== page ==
The Dark Side of The Soft Moon

Luis Vasquez abandoned his life in Oakland to write his new album, Deeper, on the other side of the globe.

Take me far away/To escape myself/I was born to suffer, sings Luis Vasquez on “Far.” The track is from his new album, Deeper, a synth-driven dance pop record with gloomy, industrial overtones that constitutes his third full-length release under the moniker The Soft Moon.

Vasquez’ washed-out voice floats over the jittery synth riffs and pounding beat of “Far” with unexpected clarity, bringing his self-reflective lyrics to the fore. The song’s opening lines reference the period of self-imposed isolation that Vasquez went through to write Deeper, which he described in a recent interview as his most introspective work to date.

Formerly based in Oakland — where he started The Soft Moon and built a large, international following — he temporarily relocated to Venice, Italy in 2012 to work on the album. After its completion, he moved to Berlin, where he’ll stay for the foreseeable future, he said. However, he travels frequently: At the time of our interview earlier this month, he had embarked on a North American tour to promote the new release. On January 29, he’ll play his first hometown show in years at The New Parish.

While Venice — with its museums, piazzas, and canals — might seem like a place that an artist would purposely seek for inspiration, Vasquez said that he ended up there almost by happenstance. His manager is originally from the city and recommended it when Vasquez told him he wanted to remove himself from the routine of his Bay Area life in order to focus on writing music.

“It could have been anywhere, as long as I was alone,” Vasquez told me over the phone while on the road to a show in Athens, Georgia — the first stop of his tour. “I was home writing every day.”

Vasquez originally started The Soft Moon as a bedroom project that offered him respite from the demands of his job as a graphic designer in the fashion industry. After he released his first, self-titled full-length album in 2010, national online publications such as Pitchfork began publishing stories about Vasquez as an Eighties Goth revivalist, likening his work to that of Joy Division (though I would say his sound is closer to that of the grittier, angrier Skinny Puppy).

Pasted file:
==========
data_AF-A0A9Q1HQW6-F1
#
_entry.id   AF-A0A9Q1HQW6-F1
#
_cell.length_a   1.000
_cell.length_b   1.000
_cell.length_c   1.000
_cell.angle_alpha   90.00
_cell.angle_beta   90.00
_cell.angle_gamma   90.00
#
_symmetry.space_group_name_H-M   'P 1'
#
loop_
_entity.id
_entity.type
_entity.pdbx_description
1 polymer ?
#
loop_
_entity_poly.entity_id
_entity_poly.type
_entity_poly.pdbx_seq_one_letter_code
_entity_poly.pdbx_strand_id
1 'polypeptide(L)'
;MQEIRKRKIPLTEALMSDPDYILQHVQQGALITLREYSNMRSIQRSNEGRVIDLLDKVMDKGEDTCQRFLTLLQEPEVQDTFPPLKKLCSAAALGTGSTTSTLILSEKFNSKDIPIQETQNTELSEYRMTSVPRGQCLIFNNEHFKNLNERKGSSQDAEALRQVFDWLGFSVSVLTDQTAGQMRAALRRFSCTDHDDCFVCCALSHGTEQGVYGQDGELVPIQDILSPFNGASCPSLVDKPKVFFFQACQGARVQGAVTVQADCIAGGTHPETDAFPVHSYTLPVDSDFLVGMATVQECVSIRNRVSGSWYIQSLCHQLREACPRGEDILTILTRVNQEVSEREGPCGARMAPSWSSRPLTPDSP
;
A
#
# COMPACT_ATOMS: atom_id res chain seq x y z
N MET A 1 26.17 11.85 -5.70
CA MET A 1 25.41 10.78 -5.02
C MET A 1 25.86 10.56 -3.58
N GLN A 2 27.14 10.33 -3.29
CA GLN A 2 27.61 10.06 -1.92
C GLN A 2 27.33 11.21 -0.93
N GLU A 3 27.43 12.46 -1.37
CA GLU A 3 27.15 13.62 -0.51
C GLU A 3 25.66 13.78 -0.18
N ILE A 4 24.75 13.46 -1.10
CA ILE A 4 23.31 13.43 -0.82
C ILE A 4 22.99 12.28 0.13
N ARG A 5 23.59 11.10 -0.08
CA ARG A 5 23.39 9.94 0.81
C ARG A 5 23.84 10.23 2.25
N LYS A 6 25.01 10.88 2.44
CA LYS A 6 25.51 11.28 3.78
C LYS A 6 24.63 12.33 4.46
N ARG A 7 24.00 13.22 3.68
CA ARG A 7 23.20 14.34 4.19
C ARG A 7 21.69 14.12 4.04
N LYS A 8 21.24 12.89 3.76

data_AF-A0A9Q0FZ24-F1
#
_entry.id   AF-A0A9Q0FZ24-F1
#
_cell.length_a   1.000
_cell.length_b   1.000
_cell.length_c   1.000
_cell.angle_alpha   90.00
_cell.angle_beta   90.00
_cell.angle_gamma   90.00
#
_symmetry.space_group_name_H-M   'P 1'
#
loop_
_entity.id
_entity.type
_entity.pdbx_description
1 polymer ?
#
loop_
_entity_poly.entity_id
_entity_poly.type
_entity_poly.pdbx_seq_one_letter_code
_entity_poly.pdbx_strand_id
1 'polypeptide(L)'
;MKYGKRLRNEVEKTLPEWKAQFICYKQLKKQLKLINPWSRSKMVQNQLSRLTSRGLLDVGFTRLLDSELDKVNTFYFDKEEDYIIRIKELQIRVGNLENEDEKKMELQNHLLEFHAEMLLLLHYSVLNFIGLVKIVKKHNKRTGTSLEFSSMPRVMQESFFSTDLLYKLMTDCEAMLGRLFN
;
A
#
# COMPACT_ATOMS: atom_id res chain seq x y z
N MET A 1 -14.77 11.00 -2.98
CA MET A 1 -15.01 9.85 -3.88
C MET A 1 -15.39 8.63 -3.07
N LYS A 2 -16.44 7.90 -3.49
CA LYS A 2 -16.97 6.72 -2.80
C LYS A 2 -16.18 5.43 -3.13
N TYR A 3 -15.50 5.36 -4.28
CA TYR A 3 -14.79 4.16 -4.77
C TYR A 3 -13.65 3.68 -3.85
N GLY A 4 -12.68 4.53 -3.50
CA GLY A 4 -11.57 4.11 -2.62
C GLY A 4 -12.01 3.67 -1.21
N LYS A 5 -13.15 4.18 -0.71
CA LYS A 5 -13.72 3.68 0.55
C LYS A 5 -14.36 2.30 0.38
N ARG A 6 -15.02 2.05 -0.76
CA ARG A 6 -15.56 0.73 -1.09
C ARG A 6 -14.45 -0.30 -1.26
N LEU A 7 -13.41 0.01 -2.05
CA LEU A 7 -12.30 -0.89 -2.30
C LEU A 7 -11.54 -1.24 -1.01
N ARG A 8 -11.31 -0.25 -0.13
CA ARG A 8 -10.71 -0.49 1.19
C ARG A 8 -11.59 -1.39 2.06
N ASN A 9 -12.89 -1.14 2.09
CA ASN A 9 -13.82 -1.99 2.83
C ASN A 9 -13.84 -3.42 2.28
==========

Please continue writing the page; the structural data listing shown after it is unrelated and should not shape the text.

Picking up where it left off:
The Soft Moon blew up, and music soon became Vasquez’ full-time job. He said that while he wrote the tracks on The Soft Moon without intending to ever perform them live, his approach evolved when crafting Deeper and he composed the album with his accompanying live band in mind. In the studio, however, Vasquez has largely adhered to his original process, playing guitar, bass, and synth himself on the majority of the songs.

Though it might seem like Vasquez’ work is nostalgic (“retro-futurist” was a label critics favored for a while), the singer-songwriter maintains that his aesthetic was born out of intuition rather than emulation of bands from previous decades. Indeed, to avoid the influence of other works of art when writing songs for Deeper, he stopped listening to music, reading books, and watching films altogether, he said. While it might be hard to imagine going without entertainment for the entire year and a half it took to write the record, Vasquez insisted that it was the only way his vision for the project could remain free of outside influences.

“I wanted to stay as pure as possible,” he said. “That way my expression could be sincere and honest and unique to me.”

He said that in Venice, he sat in front of his equipment for hours each day waiting for inspiration to strike. “I felt like a novelist sitting in a room in front of a typewriter, basically,” he laughed. “I was just alone and smoking a lot of cigarettes. I actually started smoking cigarettes because of this album. … My goal was to quit when I released [it], but then I wanted to smoke a cigarette when it was released, and then it continued.”

This reclusive period offered Vasquez the opportunity to confront his emotional issues — a driving force throughout his body of work. His previous release, 2012’s Zeros, was a concept album based on his recurring nightmares. And while Deeper doesn’t have an explicit theme, he said that its title alludes to peeling away layers of himself to confront his buried sources of turmoil.

“It’s hard to face all this shit that I’m dealing with, but it’s a means to search for happiness,” he admitted. “I’m starting to realize that after all these years, I might just be a masochist and into torturing myself and living in the chaos.”

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